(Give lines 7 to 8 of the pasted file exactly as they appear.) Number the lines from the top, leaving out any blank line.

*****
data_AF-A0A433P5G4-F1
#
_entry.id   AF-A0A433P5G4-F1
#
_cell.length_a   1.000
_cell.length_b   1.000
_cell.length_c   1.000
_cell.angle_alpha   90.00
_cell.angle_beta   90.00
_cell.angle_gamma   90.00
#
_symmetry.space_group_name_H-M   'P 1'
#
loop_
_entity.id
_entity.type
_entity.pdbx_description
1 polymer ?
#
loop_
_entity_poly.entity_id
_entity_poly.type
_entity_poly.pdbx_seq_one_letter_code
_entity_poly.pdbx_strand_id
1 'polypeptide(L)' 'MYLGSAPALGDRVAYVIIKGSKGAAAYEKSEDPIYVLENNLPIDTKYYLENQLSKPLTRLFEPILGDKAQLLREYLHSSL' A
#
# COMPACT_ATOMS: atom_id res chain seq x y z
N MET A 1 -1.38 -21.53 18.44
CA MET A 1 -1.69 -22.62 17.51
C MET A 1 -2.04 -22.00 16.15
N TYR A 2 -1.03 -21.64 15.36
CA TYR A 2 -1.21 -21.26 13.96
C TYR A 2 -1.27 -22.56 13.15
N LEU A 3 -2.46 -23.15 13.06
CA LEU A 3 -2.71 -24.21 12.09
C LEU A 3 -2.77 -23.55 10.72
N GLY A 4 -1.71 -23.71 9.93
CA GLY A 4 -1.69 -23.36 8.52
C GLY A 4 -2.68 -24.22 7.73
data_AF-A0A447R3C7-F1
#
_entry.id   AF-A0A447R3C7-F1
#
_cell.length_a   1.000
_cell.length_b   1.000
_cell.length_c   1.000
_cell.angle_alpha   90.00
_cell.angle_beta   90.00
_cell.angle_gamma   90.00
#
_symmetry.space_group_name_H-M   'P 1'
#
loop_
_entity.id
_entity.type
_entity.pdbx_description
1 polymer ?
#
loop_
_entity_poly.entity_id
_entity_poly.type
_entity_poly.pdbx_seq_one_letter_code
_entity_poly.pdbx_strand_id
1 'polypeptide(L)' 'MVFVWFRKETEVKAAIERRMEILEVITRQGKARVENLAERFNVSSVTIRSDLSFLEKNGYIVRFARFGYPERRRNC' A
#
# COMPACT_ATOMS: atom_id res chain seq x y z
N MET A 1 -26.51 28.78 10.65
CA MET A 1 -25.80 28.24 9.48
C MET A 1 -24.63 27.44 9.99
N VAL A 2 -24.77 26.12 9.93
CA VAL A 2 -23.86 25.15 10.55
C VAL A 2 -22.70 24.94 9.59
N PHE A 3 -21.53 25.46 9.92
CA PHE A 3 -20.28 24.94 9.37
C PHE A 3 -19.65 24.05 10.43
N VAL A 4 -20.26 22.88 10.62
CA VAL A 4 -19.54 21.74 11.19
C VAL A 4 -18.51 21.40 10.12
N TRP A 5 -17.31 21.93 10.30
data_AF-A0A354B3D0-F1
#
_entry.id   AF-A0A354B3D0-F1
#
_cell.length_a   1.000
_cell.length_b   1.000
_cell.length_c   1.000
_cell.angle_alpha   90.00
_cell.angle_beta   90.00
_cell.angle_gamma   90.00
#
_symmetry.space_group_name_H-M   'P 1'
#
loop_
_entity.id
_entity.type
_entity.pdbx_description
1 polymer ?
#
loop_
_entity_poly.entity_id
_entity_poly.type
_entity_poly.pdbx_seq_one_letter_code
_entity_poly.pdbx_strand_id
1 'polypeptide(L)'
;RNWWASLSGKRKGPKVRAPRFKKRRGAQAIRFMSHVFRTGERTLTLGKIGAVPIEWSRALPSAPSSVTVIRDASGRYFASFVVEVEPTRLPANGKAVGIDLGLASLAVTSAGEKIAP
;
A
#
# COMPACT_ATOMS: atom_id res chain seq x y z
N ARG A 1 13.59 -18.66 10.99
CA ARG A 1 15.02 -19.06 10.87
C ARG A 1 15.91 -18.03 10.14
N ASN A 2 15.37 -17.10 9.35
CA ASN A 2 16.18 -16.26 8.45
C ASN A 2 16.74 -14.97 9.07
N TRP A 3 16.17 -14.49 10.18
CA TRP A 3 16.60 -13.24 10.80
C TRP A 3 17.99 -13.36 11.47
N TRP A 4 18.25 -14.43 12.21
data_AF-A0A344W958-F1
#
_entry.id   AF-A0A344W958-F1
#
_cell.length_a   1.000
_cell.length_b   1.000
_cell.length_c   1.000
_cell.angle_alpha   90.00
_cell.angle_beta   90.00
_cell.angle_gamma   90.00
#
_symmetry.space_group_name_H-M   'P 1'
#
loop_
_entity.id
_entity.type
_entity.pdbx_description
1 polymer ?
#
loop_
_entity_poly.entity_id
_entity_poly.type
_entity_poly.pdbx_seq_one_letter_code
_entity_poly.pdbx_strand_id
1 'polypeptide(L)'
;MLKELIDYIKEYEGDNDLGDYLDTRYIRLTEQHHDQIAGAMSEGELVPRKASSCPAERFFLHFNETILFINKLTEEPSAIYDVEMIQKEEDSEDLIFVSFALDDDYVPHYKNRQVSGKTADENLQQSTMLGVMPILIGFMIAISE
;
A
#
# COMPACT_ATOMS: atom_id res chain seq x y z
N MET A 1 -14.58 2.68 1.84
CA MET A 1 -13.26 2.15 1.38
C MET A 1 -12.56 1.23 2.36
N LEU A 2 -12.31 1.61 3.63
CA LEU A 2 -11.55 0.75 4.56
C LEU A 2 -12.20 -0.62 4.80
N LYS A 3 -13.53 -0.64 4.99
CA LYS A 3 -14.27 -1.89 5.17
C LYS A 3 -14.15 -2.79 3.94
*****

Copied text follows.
_cell.length_c   1.000
_cell.angle_alpha   90.00